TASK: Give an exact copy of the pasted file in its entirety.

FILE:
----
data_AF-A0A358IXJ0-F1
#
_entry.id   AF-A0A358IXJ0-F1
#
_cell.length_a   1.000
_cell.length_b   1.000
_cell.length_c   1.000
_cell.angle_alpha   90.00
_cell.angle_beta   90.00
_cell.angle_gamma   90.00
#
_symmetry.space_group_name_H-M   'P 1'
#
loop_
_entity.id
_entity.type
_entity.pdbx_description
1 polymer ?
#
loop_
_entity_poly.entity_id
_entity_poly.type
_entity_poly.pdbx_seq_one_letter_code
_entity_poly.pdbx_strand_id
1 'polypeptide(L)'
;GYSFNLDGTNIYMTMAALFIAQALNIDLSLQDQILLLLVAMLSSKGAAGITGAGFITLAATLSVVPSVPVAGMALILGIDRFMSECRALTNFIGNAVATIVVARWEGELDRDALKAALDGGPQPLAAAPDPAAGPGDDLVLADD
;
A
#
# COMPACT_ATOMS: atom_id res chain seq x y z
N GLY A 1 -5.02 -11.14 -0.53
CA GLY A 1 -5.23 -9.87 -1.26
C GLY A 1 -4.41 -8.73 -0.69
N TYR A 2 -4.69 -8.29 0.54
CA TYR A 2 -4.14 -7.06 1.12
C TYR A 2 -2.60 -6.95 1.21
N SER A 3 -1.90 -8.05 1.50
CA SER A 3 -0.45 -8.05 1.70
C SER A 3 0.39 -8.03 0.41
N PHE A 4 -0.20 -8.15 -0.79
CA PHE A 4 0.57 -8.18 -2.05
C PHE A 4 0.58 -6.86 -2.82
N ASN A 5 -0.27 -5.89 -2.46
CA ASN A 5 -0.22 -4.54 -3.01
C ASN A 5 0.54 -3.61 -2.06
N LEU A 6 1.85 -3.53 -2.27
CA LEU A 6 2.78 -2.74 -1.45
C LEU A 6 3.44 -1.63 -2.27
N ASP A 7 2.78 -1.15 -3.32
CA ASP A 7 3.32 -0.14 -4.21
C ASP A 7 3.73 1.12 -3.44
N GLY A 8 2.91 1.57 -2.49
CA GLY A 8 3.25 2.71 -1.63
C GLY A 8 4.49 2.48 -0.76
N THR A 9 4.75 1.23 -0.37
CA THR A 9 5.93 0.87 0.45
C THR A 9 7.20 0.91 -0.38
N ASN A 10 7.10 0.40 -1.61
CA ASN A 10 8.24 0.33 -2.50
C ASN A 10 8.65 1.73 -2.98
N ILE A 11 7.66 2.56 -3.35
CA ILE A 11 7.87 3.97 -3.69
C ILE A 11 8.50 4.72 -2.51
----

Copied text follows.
data_AF-A0A358IXJ0-F1
#
_entry.id   AF-A0A358IXJ0-F1
#
_cell.length_a   1.000
_cell.length_b   1.000
_cell.length_c   1.000
_cell.angle_alpha   90.00
_cell.angle_beta   90.00
_cell.angle_gamma   90.00
#
_symmetry.space_group_name_H-M   'P 1'
#
loop_
_entity.id
_entity.type
_entity.pdbx_description
1 polymer ?
#
loop_
_entity_poly.entity_id
_entity_poly.type
_entity_poly.pdbx_seq_one_letter_code
_entity_poly.pdbx_strand_id
1 'polypeptide(L)'
;GYSFNLDGTNIYMTMAALFIAQALNIDLSLQDQILLLLVAMLSSKGAAGITGAGFITLAATLSVVPSVPVAGMALILGIDRFMSECRALTNFIGNAVATIVVARWEGELDRDALKAALDGGPQPLAAAPDPAAGPGDDLVLADD
;
A
#
# COMPACT_ATOMS: atom_id res chain seq x y z
N GLY A 1 -5.02 -11.14 -0.53
CA GLY A 1 -5.23 -9.87 -1.26
C GLY A 1 -4.41 -8.73 -0.69
N TYR A 2 -4.69 -8.29 0.54
CA TYR A 2 -4.14 -7.06 1.12
C TYR A 2 -2.60 -6.95 1.21
N SER A 3 -1.90 -8.05 1.50
CA SER A 3 -0.45 -8.05 1.70
C SER A 3 0.39 -8.03 0.41
N PHE A 4 -0.20 -8.15 -0.79
CA PHE A 4 0.57 -8.18 -2.05
C PHE A 4 0.58 -6.86 -2.82
N ASN A 5 -0.27 -5.89 -2.46
CA ASN A 5 -0.22 -4.54 -3.01
C ASN A 5 0.54 -3.61 -2.06
N LEU A 6 1.85 -3.53 -2.27
CA LEU A 6 2.78 -2.74 -1.45
C LEU A 6 3.44 -1.63 -2.27
N ASP A 7 2.78 -1.15 -3.32
CA ASP A 7 3.32 -0.14 -4.21
C ASP A 7 3.73 1.12 -3.44
N GLY A 8 2.91 1.57 -2.49
CA GLY A 8 3.25 2.71 -1.63
C GLY A 8 4.49 2.48 -0.76
N THR A 9 4.75 1.23 -0.37
CA THR A 9 5.93 0.87 0.45
C THR A 9 7.20 0.91 -0.38
N ASN A 10 7.10 0.40 -1.61
CA ASN A 10 8.24 0.33 -2.50
C ASN A 10 8.65 1.73 -2.98
N ILE A 11 7.66 2.56 -3.35
CA ILE A 11 7.87 3.97 -3.69
C ILE A 11 8.50 4.72 -2.51